LONDON – The biggest rally for mining company shares since 2009 risks fizzling out as gains have largely been driven by funds reversing bets on lower prices rather than long-term investors looking for value.
The benchmark FTSE 350 mining index, which tracks the performance of the UK’s 11 biggest listed miners, is up 26 percent this year, the biggest quarterly gain since September 2009, and marking a revival after three years of losses.
Sentiment in the sector has been helped by a weaker U.S. currency, which makes dollar-denominated commodities cheaper for non-U.S. consumers and expectations that top consumer China will use further stimulus to boost its flagging economic growth.
As a result prices of commodities such as copper, used widely in power and construction, have risen 7 percent this year, while iron ore is up 29 percent.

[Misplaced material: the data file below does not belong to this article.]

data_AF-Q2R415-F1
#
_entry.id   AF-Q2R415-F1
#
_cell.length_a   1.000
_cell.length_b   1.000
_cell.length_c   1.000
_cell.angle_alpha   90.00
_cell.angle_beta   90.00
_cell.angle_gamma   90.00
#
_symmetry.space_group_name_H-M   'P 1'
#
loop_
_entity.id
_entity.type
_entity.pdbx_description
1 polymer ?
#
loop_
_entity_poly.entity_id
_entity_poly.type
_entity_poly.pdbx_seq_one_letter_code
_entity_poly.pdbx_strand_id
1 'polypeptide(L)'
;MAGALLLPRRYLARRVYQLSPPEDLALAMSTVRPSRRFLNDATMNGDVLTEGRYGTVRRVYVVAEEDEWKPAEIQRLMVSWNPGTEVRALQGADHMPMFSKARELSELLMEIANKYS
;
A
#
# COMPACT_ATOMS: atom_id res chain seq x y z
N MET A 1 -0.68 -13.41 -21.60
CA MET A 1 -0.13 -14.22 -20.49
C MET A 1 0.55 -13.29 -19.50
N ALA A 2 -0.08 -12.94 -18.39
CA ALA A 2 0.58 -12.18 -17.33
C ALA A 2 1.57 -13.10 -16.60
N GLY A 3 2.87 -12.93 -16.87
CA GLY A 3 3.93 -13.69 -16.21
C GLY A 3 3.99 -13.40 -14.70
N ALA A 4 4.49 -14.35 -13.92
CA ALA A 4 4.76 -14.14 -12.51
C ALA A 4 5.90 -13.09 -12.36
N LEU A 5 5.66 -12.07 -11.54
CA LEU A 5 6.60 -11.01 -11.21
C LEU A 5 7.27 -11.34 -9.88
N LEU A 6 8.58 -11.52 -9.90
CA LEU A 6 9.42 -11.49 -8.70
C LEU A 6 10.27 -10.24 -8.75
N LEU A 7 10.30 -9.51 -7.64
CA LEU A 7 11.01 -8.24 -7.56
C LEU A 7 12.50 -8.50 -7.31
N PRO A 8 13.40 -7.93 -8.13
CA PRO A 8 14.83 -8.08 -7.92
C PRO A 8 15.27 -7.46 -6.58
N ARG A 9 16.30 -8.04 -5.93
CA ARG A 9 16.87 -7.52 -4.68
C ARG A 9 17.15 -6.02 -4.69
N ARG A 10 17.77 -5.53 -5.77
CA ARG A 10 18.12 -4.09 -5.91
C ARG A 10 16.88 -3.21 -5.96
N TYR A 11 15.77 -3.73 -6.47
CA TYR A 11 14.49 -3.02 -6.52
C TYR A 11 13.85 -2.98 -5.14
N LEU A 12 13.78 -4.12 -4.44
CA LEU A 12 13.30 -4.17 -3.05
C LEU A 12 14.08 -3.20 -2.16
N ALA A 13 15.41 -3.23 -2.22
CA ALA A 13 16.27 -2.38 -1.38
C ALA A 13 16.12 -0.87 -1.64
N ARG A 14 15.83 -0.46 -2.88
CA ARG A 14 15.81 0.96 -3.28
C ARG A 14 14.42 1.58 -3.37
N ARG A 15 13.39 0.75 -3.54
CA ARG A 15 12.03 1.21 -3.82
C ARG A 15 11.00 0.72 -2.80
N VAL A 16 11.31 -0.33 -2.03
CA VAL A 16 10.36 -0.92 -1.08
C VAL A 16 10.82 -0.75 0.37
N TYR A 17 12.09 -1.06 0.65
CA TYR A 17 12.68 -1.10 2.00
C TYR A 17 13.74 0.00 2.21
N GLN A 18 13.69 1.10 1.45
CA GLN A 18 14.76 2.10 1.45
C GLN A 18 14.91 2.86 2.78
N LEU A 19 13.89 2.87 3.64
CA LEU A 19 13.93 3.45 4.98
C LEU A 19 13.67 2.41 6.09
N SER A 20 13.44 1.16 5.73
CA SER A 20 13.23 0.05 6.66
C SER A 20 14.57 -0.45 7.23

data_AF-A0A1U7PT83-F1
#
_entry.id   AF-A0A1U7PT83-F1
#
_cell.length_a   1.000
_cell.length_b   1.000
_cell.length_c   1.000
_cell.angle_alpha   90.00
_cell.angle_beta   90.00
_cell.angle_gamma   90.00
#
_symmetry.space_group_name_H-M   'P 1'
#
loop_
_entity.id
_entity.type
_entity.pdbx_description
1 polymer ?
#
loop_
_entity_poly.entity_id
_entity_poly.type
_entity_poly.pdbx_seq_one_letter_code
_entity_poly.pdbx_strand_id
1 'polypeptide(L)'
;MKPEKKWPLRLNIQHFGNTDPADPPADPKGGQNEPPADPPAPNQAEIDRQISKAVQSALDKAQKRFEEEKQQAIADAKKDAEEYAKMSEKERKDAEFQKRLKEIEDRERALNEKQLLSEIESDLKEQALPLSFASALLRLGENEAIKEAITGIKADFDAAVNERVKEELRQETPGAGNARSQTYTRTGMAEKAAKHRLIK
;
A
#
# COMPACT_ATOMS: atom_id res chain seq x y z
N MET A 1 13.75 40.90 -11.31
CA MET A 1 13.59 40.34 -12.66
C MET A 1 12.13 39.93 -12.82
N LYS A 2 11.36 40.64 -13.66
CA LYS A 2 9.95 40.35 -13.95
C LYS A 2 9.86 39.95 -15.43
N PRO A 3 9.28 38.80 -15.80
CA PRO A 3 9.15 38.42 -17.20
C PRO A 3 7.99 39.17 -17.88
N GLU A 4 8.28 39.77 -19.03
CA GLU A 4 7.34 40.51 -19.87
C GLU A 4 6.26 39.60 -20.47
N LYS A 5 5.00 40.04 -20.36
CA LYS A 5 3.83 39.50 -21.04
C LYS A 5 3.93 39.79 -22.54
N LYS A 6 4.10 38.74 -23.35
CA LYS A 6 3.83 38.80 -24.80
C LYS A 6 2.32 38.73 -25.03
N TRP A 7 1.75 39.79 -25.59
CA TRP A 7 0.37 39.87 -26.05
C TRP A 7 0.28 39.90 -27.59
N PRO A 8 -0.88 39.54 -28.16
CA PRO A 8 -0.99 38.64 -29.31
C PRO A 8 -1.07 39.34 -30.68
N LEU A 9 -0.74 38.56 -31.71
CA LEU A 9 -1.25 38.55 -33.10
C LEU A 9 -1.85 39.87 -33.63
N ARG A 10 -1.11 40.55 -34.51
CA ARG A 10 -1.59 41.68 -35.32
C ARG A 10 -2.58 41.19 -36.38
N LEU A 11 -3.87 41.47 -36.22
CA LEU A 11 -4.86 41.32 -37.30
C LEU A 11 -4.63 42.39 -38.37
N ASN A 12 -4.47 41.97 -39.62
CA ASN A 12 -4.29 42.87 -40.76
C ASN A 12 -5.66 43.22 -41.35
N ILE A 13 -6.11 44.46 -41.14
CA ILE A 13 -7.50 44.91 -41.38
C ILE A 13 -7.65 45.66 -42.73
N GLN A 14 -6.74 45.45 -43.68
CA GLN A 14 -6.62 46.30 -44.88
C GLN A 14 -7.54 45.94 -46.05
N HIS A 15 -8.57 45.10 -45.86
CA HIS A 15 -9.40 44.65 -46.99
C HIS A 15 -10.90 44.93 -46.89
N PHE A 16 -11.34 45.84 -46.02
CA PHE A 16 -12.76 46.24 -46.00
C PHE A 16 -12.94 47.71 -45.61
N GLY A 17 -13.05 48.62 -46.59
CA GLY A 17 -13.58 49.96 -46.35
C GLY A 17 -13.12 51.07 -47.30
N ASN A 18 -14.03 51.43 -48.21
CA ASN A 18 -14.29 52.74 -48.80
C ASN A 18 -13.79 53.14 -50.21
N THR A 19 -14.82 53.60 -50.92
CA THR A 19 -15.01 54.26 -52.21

Equity investors have jumped on the bandwagon and miners such as Anglo American and Glencore have recovered from last year’s losses of more than 70 percent. Both are up around 80 percent so far this year.
Data from the Financial Conduct Authority (FCA) shows funds’ net short positions in Anglo American are now at 4.5 percent from a record high of 5.7 percent on Feb. 9, Glencore’s dropped to 2.5 percent from 5.6 percent in January and Rio Tinto’s hit the lowest since August 2015 at 0.7 percent.
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